A difficult fourth inning ruined what was shaping up as a good start by Nathan Eovaldi in a 5-2 loss to the A’s in the Stadium on April 20, 2016. Following nine up, nine down to start (Nate took care of a leadoff first-inning single by picking off the speedy Billy Burns), the rally that saw five hits and a sac fly from the first seven up in the fourth plated three, more than enough to offset Didi Gregorius and Carlos Beltran home runs. Branden Pinder allowed two more runs in the eighth.
With historic Bombers exploits few and far between in the 1980s, April 20, 1988 stands out. The three homers they slugged were all-time Yankee home runs no. 9,999 (Dave Winfield), no. 10,000 (Claudell Washington), and no. 10,001 (Jack Clark). They were the first team to reach that five-figure amount. Clark made his first Yankee roundtripper count, as his 10th-inning blast powered the Pinstripers over the Twins, 7-6.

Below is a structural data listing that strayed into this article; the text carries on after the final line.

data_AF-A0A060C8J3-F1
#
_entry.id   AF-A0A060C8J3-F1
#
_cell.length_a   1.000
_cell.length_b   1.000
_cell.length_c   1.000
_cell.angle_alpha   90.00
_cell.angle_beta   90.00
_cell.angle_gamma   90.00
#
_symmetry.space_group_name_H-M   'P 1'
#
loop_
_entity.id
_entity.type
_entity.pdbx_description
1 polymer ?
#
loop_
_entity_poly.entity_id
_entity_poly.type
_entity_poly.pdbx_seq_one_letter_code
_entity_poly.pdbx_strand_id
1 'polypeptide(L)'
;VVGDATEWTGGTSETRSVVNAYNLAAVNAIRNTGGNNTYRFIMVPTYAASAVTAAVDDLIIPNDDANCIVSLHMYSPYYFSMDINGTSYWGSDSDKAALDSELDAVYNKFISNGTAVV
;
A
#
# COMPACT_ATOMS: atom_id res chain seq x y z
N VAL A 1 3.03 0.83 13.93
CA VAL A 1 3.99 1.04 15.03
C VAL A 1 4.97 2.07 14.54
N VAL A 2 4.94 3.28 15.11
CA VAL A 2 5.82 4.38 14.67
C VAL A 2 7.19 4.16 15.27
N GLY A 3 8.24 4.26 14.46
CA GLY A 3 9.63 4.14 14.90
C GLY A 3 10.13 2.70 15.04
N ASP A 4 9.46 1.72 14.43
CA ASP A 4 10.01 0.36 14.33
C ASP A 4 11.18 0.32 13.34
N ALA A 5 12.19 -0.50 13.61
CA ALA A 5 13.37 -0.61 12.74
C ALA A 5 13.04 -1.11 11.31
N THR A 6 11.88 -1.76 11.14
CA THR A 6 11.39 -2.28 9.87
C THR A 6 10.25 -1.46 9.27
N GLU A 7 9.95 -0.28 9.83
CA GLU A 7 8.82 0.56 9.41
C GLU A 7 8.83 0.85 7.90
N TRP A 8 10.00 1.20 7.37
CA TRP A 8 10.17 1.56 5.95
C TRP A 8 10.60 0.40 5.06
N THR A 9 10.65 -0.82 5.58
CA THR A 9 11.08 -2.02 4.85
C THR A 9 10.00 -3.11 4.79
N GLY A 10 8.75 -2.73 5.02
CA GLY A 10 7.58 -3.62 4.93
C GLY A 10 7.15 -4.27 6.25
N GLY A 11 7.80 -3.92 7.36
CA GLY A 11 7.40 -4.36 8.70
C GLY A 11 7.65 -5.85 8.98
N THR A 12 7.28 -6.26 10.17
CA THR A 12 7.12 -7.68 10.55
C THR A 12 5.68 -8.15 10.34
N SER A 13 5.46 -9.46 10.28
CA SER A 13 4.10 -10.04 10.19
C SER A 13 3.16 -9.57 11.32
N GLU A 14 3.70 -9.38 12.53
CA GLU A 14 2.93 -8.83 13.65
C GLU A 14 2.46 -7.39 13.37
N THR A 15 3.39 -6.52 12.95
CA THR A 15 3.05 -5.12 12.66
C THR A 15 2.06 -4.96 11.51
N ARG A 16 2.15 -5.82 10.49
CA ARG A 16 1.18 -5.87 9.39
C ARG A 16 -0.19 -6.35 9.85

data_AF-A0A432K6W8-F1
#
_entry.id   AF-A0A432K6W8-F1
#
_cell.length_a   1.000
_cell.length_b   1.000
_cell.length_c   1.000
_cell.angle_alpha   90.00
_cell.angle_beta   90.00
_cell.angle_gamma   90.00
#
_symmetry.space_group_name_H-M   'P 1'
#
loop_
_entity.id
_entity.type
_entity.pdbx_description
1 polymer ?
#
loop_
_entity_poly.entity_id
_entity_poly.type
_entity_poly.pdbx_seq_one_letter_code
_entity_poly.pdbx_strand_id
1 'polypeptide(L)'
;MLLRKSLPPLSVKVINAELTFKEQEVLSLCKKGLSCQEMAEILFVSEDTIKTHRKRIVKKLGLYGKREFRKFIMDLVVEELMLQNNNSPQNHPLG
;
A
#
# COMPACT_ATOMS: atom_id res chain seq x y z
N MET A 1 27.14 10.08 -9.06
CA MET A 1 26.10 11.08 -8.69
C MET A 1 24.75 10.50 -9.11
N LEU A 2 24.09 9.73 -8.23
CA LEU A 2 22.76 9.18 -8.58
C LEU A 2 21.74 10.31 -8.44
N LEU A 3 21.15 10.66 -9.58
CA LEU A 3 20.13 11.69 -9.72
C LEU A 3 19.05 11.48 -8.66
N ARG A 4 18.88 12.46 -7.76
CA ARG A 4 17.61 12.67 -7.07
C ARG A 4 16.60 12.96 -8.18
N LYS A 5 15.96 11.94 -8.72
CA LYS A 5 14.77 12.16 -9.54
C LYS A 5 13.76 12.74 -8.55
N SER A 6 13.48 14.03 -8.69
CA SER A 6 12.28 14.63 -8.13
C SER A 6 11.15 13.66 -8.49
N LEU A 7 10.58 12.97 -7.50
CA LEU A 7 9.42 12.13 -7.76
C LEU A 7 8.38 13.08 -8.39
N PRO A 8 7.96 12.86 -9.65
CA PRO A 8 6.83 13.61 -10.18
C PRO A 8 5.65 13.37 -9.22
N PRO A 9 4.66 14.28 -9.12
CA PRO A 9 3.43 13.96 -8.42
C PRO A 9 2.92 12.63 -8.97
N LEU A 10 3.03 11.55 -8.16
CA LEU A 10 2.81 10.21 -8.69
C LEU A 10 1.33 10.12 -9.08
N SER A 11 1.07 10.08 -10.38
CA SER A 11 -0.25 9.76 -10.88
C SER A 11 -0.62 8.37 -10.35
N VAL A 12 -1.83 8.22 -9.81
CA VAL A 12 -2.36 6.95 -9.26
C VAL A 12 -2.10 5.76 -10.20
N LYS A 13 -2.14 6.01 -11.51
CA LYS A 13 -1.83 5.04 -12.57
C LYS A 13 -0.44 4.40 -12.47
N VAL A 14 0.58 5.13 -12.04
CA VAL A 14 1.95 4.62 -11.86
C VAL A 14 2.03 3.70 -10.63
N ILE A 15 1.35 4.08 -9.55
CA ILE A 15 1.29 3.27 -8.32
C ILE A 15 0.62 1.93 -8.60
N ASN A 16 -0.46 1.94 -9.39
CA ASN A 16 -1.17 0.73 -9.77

In the only game in baseball history that featured both Lou Gehrig and Ted Williams, the latter doubled off Red Ruffing, but the Yanks prevailed, 2-0, in the home opener in New York, on April 20, 1939. The Iron Horse suffered through an error in the field and two liners into double plays. Other notables in the lineups that day: Joe DiMaggio; Bill Dickey; Jimmie Foxx, who also allowed an error leading to the second Yankee run; Joe Cronin; Bobby Doerr; Red Rolfe; and losing pitcher Lefty Grove.
Happy Birthday, Don Mattingly (1961, a magical Yankee year), who not only hit 222 home runs and 1,099 rbi’s from 1982-1995, all of it with the team that plays its ball in the South Bronx, but he did it after being selected in the 19th round in the 1979 amateur free agent draft. He won the 1985 AL MVP, and led the league in doubles three times; in extra base hits, total bases, and hits twice; and slugging percentage and batting average once. He was denied the deserved 10 Gold Gloves in a row by the (I demand a recount!) one slugger Mark McGwire was given in 1990.
Read more history for April 20 on TakeHimDowntown.com